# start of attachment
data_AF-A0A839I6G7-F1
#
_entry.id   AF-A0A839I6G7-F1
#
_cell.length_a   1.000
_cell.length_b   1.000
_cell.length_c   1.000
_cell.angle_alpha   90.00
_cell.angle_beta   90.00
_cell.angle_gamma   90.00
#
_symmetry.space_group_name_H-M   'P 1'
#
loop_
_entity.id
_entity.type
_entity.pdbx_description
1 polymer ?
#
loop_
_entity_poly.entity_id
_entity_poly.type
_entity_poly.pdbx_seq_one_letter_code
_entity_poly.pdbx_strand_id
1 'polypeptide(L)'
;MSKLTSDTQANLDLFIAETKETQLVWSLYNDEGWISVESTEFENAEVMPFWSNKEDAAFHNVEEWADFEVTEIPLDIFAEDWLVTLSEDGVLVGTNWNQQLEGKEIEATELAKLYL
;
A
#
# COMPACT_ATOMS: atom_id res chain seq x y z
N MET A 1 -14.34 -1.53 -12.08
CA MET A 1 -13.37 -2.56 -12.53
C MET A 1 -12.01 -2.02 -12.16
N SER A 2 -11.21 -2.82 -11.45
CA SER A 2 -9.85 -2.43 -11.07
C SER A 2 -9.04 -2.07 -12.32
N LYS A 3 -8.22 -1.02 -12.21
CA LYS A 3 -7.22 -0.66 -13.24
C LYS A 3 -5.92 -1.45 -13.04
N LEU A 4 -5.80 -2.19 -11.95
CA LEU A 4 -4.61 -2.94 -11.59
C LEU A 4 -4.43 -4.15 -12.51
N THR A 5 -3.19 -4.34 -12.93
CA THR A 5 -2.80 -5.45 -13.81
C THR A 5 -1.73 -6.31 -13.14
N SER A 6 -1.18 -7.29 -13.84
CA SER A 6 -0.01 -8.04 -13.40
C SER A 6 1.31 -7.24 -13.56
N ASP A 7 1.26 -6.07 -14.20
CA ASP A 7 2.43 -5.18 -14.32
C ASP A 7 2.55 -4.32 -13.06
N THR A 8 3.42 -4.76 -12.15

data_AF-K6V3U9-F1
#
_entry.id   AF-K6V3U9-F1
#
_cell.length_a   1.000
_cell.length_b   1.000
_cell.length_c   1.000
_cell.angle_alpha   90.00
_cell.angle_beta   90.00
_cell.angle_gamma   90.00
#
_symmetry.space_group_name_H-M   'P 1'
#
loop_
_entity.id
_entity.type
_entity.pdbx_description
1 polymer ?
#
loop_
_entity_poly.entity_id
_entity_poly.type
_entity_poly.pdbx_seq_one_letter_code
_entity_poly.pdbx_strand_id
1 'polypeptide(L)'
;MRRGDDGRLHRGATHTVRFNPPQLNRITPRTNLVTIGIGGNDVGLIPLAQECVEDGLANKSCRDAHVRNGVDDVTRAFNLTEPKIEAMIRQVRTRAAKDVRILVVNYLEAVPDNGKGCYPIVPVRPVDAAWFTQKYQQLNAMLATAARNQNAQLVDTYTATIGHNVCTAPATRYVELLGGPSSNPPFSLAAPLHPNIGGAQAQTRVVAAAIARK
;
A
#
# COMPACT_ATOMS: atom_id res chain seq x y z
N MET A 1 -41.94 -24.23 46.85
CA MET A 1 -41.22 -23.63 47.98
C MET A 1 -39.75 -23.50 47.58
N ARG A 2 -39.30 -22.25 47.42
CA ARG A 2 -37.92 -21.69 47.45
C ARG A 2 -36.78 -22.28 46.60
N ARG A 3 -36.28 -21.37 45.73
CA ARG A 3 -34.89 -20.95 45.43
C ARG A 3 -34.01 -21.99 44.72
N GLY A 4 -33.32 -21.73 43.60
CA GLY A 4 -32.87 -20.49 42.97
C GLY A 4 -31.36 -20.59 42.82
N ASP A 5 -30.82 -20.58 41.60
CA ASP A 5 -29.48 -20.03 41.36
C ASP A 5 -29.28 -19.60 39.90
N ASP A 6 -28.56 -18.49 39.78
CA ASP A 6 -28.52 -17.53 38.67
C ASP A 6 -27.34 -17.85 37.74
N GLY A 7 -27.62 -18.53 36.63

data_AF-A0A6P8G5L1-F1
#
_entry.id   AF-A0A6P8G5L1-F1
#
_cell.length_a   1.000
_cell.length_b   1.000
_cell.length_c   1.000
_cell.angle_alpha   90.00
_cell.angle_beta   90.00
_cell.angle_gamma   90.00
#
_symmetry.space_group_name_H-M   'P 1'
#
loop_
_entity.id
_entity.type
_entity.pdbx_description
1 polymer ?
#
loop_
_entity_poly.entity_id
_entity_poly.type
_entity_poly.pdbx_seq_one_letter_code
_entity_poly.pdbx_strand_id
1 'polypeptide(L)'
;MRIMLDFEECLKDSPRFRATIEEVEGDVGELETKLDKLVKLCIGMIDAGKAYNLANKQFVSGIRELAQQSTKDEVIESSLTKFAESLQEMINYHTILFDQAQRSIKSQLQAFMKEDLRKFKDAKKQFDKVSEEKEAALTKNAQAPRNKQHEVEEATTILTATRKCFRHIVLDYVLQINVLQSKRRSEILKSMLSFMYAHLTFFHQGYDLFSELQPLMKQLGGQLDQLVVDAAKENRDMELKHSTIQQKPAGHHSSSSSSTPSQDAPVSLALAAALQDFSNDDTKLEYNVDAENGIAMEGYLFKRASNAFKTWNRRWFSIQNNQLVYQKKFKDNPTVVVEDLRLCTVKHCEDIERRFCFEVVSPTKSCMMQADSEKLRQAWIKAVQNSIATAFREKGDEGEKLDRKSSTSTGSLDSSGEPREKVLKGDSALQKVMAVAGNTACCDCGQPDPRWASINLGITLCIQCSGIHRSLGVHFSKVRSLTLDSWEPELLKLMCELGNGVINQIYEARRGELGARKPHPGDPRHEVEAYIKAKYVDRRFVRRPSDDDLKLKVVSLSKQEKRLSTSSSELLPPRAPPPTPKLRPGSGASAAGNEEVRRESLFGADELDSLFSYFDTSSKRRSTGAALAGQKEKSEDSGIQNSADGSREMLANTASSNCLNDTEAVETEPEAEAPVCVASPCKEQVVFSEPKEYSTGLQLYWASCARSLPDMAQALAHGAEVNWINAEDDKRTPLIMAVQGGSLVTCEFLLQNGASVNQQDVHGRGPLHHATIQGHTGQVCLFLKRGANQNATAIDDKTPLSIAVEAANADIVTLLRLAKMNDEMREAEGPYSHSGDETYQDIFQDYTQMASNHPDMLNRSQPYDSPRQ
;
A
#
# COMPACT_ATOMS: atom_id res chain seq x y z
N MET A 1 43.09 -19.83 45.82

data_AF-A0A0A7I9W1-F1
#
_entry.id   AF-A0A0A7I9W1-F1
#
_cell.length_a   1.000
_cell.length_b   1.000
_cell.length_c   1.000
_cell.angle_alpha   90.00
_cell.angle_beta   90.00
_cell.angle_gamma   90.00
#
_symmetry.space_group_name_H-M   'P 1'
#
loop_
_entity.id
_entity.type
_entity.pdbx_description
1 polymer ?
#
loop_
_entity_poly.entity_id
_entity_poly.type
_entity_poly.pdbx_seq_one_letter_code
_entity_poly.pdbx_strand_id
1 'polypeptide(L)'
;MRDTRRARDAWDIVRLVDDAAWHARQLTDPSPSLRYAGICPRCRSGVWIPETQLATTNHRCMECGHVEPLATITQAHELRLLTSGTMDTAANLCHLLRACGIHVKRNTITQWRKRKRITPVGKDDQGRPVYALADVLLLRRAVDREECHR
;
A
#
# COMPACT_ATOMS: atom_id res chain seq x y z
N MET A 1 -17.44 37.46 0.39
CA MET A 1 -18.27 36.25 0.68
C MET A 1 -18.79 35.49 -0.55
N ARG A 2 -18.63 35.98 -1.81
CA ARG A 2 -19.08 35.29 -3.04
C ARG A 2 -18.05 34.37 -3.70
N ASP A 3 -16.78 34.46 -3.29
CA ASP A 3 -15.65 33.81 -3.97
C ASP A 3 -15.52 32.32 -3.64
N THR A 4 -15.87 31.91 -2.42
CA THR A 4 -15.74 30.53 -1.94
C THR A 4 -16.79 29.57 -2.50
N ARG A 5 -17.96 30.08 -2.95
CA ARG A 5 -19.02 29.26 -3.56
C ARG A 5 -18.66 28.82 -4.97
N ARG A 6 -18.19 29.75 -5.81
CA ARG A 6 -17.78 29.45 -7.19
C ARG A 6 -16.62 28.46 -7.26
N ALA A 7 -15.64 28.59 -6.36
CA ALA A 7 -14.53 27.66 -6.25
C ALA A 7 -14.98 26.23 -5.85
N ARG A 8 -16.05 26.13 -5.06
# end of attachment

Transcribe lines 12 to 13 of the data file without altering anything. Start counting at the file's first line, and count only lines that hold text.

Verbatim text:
_symmetry.space_group_name_H-M   'P 1'
#